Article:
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We’ve crossed the Rub

Discussion in 'Scripture,Tradition,Reason-Anglican & Old Catholic' started by charles.seargent, Jun 5, 2019.

  1. charles.seargent

    charles.seargent New Member

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    So I need an opinion. I just posted some of my summer reading list on another Anglican bulletin board and got silence. I have been heading in a very low church direction. Snake belly low. Rather than repeat the whole list as way of example I plan on reading Calvin’s Institutes devotionally. I also, on top of the 39 articles I also accept the confessions of the PCUSA as part of my theology.

    Have I crossed the Rubicon and become a Presbyterian? I know I will always be welcome in my local TEC churches but should I consider making an official switch?

    CFLawrence
     
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  2. Albion

    Albion Facilitator

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    Maybe, but I have found in the past that its easy to get really interested in some other branch of Christianity...and most of them do have something to bring to the table...but I would say to go slow and not make any decisive moves in the near future.

    It could be that what seemed so eye-opening at the start loses something after you collect even more information. That is not uncommon. Also, there are some Anglicans who are very Calvinistic and do not feel any need to change churches because of it.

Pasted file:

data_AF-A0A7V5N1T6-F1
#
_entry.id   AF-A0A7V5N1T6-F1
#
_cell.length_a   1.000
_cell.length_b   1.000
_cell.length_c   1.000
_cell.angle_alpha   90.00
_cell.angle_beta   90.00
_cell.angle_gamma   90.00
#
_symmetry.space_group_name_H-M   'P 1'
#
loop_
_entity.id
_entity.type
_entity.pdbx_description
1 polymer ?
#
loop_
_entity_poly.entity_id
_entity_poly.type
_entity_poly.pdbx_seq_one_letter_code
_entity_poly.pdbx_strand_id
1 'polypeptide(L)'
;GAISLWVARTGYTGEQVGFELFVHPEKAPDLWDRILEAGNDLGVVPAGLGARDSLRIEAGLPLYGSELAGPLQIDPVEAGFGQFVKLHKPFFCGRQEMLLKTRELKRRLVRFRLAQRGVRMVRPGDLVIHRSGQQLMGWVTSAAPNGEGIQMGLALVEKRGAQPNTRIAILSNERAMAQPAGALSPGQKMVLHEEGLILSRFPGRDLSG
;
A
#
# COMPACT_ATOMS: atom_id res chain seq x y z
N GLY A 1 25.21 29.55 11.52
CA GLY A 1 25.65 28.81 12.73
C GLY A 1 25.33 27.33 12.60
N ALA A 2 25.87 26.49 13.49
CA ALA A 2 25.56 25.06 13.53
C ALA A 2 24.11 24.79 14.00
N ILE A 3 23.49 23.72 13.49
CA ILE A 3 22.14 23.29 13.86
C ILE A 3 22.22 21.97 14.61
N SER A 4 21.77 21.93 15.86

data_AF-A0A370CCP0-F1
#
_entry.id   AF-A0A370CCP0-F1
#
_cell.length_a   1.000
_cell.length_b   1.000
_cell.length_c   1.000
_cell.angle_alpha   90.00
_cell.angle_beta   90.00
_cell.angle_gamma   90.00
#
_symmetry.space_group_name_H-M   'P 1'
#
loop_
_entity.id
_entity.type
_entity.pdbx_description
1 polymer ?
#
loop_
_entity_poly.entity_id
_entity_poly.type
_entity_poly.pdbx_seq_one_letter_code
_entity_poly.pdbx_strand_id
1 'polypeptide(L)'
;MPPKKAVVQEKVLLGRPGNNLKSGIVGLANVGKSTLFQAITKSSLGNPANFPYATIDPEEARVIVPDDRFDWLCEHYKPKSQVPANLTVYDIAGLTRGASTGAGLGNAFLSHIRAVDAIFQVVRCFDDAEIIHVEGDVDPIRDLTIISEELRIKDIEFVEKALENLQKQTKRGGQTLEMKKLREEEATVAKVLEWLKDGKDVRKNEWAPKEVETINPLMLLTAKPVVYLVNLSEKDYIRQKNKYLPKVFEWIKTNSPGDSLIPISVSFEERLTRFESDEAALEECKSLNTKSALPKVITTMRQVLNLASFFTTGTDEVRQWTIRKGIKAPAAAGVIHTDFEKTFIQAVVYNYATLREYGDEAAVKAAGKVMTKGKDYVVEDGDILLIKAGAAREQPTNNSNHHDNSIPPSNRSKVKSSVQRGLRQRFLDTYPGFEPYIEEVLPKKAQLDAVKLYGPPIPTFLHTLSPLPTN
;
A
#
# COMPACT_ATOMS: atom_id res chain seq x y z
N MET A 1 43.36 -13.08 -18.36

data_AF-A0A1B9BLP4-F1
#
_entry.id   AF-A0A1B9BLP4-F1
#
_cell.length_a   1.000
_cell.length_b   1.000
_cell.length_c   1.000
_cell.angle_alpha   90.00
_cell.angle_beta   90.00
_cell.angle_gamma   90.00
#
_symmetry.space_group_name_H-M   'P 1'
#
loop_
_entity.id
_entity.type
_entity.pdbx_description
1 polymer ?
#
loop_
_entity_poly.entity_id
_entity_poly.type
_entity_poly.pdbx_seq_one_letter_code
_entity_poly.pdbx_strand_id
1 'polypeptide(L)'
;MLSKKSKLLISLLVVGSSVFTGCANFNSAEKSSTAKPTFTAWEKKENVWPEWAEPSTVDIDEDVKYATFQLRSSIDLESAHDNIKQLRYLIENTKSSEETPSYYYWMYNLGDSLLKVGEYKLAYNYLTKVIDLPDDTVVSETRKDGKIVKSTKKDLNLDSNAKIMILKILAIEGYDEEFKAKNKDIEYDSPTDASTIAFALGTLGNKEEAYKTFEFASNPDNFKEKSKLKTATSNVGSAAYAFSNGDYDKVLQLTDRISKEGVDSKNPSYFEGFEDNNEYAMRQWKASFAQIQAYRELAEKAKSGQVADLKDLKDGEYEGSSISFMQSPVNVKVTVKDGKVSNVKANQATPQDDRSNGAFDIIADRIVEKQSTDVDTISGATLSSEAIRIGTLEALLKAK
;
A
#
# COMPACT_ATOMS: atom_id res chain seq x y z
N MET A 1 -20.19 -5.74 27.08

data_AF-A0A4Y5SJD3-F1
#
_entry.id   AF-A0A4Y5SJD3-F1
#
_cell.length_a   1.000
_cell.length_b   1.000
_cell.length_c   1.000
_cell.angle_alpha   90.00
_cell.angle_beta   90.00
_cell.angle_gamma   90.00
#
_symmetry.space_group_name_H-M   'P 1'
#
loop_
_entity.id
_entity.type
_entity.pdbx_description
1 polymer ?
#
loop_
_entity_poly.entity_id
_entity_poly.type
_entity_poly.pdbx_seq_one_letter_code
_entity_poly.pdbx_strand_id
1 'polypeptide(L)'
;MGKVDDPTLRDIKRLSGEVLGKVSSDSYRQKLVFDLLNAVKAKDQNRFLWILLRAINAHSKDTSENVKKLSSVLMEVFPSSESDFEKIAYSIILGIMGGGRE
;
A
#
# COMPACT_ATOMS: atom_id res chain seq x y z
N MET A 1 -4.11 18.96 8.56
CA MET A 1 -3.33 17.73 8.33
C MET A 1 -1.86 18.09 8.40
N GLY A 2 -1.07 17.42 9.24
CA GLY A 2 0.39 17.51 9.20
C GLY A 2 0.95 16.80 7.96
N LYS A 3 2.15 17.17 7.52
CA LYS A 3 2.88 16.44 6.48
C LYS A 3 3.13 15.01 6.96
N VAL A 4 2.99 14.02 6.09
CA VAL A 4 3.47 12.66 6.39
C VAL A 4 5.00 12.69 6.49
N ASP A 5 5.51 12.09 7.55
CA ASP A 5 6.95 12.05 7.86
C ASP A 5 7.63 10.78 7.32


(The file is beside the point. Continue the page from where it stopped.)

3. charles.seargent

    charles.seargent New Member

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    Albion, I agree with your line of thinking entirely and am going to stick with TEC. I do find it ironic however that I get silence at the mention of Calvin and most likely had I said I was reading Tract XC or National Apostasy somebody would have jumped on it.
     
  4. PloverWing

    PloverWing Episcopalian

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    As Albion observed, Reformed theology can fit under the broad umbrella of Anglicanism. I think the largest differences are in the areas of worship and church government. Do you have a strong preference for a less liturgical, more sermon-oriented style of worship, and less frequent celebration of the Eucharist? And, do you have a strong preference for the Presbyterian form of church government rather than a structure that involves bishops? Those are the largest differences that I see between the Presbyterians and the Reformed wing of Anglicanism.
     
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  5. charles.seargent

    charles.seargent New Member

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    I am much more comfortable with apostolic succession and weekly Eucharistic liturgy. I firmly believe in the real presence and although the sermons preached at my TEC churches are shorter they tend to be quite meaty.

    For me personally I no longer use the BCP for daily prayer, I use an ESV bible and I practice two-way prayer as taught by the Oxford Groups and early Alcoholics Anonymous. If anyone is interested in two way prayer just ask and I’ll see if I can point the way
     
  6. charles.seargent

    charles.seargent New Member

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  7. PloverWing

    PloverWing Episcopalian

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    In that case, it sounds like you're one of the many Anglicans/Episcopalians with Reformed theology.
     
  8. charles.seargent

    charles.seargent New Member

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    I’m glad to hear I’m not alone. I feel like a novelty.
     
  9. Shropshire Anglican

    Shropshire Anglican New Member